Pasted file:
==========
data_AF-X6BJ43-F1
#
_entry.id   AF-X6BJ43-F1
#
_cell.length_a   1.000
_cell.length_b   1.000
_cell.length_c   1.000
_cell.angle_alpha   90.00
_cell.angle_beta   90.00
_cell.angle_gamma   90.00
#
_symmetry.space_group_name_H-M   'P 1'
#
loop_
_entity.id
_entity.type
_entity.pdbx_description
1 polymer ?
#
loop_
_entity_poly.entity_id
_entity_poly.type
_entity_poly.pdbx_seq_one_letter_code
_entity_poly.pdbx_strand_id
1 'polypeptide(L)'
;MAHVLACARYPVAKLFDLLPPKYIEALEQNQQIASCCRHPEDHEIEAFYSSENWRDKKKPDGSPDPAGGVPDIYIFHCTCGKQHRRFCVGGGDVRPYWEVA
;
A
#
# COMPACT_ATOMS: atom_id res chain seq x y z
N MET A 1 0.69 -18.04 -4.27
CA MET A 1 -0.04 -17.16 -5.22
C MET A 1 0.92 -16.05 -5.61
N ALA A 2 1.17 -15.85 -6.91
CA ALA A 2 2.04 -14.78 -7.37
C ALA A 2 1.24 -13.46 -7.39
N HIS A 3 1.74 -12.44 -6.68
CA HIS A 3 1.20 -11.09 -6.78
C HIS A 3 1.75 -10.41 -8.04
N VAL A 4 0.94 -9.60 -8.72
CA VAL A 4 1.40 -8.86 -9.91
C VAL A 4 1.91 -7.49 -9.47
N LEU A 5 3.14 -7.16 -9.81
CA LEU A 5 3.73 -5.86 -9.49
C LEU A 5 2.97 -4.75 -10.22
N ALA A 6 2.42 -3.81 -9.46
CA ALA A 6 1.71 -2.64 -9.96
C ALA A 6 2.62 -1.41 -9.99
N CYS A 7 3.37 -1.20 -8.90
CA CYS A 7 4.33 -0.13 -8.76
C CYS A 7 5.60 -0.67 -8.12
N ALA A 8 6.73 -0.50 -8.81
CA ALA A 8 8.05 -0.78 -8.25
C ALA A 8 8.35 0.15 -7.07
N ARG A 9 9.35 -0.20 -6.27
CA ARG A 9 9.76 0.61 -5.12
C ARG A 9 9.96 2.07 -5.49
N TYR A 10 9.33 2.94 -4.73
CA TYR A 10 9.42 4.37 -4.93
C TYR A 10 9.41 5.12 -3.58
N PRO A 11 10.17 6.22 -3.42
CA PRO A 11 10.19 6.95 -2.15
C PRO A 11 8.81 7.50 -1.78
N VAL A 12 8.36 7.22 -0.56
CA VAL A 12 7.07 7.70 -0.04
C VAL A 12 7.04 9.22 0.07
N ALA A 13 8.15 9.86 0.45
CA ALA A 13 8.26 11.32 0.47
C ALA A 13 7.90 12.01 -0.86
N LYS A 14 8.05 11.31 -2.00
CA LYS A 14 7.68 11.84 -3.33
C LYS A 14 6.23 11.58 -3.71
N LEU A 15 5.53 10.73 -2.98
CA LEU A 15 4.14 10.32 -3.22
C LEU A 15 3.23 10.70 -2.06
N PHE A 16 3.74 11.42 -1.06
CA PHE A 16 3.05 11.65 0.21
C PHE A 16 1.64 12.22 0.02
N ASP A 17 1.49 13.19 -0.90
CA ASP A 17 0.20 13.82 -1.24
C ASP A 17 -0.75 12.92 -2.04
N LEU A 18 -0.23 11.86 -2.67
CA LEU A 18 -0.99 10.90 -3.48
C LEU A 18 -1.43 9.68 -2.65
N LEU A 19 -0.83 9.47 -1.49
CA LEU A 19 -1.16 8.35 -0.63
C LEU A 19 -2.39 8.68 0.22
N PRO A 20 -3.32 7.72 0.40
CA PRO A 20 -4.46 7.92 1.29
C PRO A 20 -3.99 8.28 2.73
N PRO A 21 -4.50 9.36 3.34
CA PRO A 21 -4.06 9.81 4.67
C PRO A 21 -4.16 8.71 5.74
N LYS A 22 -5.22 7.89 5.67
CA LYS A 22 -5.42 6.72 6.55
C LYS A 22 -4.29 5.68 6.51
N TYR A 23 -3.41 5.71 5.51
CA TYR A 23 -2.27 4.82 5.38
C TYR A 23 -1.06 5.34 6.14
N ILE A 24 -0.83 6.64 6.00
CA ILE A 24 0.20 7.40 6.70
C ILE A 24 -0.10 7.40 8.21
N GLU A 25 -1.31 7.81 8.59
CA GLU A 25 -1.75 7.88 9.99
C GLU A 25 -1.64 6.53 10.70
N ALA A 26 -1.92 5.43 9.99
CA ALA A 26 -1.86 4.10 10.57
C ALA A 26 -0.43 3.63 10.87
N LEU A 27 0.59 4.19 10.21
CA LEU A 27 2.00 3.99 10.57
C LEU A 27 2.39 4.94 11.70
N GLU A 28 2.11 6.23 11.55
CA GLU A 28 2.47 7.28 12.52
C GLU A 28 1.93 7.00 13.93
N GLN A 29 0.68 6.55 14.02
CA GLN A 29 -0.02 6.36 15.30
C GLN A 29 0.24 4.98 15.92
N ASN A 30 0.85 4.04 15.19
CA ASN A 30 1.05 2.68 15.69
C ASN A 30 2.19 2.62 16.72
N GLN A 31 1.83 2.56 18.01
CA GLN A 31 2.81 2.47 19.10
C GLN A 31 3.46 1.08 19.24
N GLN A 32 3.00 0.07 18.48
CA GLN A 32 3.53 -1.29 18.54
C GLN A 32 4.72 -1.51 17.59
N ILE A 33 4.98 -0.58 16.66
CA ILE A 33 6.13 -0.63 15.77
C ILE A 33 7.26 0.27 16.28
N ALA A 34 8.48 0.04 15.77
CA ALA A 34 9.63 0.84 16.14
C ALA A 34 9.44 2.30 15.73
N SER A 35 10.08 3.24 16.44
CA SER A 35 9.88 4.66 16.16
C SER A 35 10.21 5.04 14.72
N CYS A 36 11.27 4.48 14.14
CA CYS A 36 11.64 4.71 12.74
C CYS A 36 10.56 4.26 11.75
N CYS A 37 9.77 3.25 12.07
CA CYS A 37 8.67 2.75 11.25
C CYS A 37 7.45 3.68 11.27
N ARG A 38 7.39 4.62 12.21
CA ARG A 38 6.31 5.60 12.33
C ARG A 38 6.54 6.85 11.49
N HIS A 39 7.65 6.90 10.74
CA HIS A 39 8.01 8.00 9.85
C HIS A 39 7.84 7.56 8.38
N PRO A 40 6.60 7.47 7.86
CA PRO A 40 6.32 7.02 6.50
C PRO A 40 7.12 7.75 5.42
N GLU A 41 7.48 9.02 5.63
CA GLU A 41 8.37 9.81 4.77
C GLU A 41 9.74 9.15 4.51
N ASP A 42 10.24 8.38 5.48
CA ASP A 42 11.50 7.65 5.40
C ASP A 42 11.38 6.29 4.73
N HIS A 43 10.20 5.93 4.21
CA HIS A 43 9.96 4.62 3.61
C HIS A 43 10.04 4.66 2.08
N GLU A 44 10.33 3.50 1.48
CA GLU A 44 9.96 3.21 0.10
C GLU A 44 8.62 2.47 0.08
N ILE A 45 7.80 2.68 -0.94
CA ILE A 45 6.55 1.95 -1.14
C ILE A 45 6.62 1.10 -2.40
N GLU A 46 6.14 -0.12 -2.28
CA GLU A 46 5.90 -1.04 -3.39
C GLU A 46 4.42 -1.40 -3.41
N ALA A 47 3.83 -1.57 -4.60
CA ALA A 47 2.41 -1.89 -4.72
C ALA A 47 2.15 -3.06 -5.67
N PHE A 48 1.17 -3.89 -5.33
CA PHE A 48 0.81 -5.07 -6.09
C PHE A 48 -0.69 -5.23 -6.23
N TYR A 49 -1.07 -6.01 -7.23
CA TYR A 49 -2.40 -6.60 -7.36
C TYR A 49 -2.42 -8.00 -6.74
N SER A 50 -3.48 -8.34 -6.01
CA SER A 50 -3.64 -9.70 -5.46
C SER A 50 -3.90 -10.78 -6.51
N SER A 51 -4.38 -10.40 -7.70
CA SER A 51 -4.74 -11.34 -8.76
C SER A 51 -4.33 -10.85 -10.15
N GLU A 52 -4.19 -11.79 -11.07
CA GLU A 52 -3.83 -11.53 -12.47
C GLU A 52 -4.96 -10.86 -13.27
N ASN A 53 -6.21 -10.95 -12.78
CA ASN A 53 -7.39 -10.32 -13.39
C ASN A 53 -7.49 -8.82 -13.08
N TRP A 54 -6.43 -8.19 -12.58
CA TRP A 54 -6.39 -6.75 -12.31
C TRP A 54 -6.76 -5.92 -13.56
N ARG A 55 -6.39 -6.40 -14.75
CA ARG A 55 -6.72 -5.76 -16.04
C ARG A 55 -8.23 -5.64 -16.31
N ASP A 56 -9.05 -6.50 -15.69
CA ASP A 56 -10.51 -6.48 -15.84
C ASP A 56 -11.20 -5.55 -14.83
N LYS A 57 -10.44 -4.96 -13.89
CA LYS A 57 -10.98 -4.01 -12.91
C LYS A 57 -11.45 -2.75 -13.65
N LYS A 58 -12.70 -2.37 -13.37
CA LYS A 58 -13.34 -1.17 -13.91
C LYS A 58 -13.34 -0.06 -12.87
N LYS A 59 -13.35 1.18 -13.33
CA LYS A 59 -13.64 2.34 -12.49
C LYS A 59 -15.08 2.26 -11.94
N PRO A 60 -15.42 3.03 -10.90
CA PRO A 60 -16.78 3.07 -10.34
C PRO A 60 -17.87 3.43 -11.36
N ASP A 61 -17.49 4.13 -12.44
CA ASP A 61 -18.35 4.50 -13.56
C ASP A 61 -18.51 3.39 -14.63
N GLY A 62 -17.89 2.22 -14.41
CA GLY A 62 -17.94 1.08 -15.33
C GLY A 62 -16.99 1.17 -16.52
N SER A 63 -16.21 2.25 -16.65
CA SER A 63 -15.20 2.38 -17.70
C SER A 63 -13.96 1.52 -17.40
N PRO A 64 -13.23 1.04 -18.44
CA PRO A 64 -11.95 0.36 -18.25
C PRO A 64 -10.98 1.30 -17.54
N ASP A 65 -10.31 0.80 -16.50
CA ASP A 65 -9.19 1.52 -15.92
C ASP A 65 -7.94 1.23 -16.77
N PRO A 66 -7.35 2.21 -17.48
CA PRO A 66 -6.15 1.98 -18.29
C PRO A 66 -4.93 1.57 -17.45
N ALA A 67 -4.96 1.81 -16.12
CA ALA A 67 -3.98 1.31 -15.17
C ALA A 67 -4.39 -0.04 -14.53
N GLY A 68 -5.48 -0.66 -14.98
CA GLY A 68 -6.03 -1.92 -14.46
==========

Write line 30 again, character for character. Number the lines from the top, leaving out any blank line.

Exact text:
# COMPACT_ATOMS: atom_id res chain seq x y z